The Future of Security Tokens

In summary, the SEC has begun to take focus on the cryptocurrency market. Their main issues surround the placement of security tokens on cryptocurrency exchanges that are not qualified or registered sufficiently. As this is not an easy task, these platforms now look to launch dedicated exchanges for security tokens with the necessary qualifications and infrastructure.

STO’s are growing at a fast pace and seem to be replacing ICO’s in terms of popularity, aided by the government crackdowns. Together with the introduction of these dedicated security token trading platforms, it is clear that there are many changes currently taking place within the cryptosphere right now.

Developments like Polymath’s platform make it easier for companies to release security tokens, paving the way for further growth and prominence of Security tokens and Security Token Offerings in the blockchain ecosystem.

The recognition from these governing bodies shows the extent to which the cryptocurrency industry has grown and reflects the growing legitimacy of cryptocurrency and the promise of securities within the cryptomarket.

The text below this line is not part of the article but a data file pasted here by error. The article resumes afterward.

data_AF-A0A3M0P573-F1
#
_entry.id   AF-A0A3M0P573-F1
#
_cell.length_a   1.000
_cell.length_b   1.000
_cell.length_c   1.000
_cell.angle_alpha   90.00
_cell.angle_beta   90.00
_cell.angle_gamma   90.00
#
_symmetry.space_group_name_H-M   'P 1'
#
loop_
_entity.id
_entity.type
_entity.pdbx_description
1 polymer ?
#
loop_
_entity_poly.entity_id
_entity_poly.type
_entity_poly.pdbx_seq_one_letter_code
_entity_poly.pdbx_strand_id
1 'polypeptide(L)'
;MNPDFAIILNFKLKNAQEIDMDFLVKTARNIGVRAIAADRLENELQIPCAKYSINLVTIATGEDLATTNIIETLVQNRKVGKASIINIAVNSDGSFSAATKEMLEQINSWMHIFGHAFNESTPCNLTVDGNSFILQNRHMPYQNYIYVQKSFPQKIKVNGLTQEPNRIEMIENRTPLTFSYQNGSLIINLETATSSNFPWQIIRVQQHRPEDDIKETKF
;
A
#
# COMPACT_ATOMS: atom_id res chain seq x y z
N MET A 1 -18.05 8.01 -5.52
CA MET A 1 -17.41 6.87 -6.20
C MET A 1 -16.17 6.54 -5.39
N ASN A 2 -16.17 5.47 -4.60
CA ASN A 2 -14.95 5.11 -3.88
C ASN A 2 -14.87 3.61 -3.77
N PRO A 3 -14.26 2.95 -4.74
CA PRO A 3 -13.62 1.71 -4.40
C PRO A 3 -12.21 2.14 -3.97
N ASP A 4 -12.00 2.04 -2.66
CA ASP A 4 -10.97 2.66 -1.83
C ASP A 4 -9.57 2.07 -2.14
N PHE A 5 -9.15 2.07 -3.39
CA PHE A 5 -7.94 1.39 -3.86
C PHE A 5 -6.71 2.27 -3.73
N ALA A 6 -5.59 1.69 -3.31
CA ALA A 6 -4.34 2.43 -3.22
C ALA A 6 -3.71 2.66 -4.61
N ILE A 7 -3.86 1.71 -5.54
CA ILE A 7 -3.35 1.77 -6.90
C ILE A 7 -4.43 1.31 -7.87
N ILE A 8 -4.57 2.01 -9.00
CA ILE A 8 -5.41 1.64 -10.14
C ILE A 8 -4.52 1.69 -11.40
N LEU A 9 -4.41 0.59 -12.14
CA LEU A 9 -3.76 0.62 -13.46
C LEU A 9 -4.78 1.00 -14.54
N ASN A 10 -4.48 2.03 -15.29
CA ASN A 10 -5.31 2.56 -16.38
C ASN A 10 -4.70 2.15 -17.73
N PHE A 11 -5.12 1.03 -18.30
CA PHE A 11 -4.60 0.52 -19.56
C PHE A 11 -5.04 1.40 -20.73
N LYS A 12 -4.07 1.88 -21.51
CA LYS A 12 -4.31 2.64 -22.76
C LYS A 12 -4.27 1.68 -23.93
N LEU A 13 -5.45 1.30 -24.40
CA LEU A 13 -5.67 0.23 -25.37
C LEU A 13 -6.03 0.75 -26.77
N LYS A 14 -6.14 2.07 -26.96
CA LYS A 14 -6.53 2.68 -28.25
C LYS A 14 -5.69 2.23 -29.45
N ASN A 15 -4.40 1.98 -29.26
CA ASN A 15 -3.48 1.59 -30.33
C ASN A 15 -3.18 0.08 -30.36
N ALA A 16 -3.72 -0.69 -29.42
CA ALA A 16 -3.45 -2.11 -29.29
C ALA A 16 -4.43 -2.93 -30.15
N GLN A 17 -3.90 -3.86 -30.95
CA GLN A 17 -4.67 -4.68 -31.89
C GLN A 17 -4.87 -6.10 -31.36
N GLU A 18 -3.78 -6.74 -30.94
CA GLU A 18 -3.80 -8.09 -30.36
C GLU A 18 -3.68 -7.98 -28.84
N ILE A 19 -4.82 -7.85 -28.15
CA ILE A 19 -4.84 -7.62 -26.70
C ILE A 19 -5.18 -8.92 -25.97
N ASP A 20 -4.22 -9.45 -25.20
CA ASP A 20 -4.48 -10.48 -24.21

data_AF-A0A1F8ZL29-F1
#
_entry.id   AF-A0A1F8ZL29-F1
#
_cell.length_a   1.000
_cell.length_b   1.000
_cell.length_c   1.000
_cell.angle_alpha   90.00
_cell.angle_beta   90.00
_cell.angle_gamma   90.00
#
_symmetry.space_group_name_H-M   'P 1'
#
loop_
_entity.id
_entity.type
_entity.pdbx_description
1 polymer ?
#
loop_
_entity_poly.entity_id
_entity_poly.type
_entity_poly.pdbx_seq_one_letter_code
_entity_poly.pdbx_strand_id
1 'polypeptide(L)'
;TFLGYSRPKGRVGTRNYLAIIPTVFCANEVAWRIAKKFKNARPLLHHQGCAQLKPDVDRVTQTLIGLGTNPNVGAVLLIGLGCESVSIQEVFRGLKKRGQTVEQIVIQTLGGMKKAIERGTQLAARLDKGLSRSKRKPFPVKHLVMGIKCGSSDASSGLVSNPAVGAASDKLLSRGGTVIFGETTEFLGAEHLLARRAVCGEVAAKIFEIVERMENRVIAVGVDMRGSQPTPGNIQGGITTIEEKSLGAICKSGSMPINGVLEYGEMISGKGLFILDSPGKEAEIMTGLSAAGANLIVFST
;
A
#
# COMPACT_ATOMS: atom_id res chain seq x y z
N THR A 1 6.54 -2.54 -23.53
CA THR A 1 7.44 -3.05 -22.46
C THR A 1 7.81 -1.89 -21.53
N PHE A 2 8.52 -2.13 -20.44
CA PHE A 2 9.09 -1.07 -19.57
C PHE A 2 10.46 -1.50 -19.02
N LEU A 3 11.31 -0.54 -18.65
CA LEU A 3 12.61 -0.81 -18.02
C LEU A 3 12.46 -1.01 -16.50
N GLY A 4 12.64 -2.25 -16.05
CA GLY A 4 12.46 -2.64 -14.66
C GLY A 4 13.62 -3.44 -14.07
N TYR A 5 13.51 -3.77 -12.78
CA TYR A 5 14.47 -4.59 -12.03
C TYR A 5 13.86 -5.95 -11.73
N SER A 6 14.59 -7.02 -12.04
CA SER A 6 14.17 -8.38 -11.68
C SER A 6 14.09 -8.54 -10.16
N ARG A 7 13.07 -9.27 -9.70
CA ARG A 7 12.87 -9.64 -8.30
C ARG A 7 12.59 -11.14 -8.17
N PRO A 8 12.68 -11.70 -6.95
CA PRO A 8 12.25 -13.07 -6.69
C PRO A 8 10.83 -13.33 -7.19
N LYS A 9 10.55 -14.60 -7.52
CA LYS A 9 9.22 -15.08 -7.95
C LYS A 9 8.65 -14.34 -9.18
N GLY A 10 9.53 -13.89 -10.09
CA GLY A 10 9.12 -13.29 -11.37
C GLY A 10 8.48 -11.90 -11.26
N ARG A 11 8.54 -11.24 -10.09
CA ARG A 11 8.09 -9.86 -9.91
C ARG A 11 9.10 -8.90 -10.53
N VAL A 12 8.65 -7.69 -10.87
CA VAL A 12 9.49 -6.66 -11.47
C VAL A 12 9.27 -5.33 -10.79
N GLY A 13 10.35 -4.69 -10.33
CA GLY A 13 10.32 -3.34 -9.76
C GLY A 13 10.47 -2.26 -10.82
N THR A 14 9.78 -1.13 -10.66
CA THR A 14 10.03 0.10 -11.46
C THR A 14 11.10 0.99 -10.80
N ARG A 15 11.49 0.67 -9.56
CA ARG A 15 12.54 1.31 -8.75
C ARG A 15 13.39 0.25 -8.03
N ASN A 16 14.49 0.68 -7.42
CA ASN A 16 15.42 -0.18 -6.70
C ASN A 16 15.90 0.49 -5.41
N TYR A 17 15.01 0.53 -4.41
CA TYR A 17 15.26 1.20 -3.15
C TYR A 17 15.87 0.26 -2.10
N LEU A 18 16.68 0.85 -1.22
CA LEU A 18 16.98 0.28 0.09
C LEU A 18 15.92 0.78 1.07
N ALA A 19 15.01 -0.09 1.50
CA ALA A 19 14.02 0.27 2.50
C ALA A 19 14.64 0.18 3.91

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References:

Dhillion, S. (2018, August 28) Security tokens will be coming soon to an exchange near you. Retrieved from:

https://techcrunch.com/2018/08/28/security-tokens-will-be-coming-soon-to-an-exchange-near-you/

Gahlot R. (2018, June 20) How is Security Token Different From Utility Token? Retrieved from: https://hackernoon.com/how-is-security-token-different-from-utility-token-5d12d7109740

Kulkarni, R. (2018, June 22) Security Tokens Set To Take Center Stage In 2019. Retrieved from: https://www.nasdaq.com/article/security-tokens-set-to-take-center-stage-in-2019-cm982207

Marks, H (2018, August 29) ICO or STO: Who Wins? Retrieved from: https://hackernoon.com/ico-or-sto-who-wins-fd43c3ee7b8d

Pompliano, A (2018, February 26) The Official Guide To Tokenized Securities. Retrieved from: https://medium.com/@apompliano/the-official-guide-to-tokenized-securities-44e8342bb24f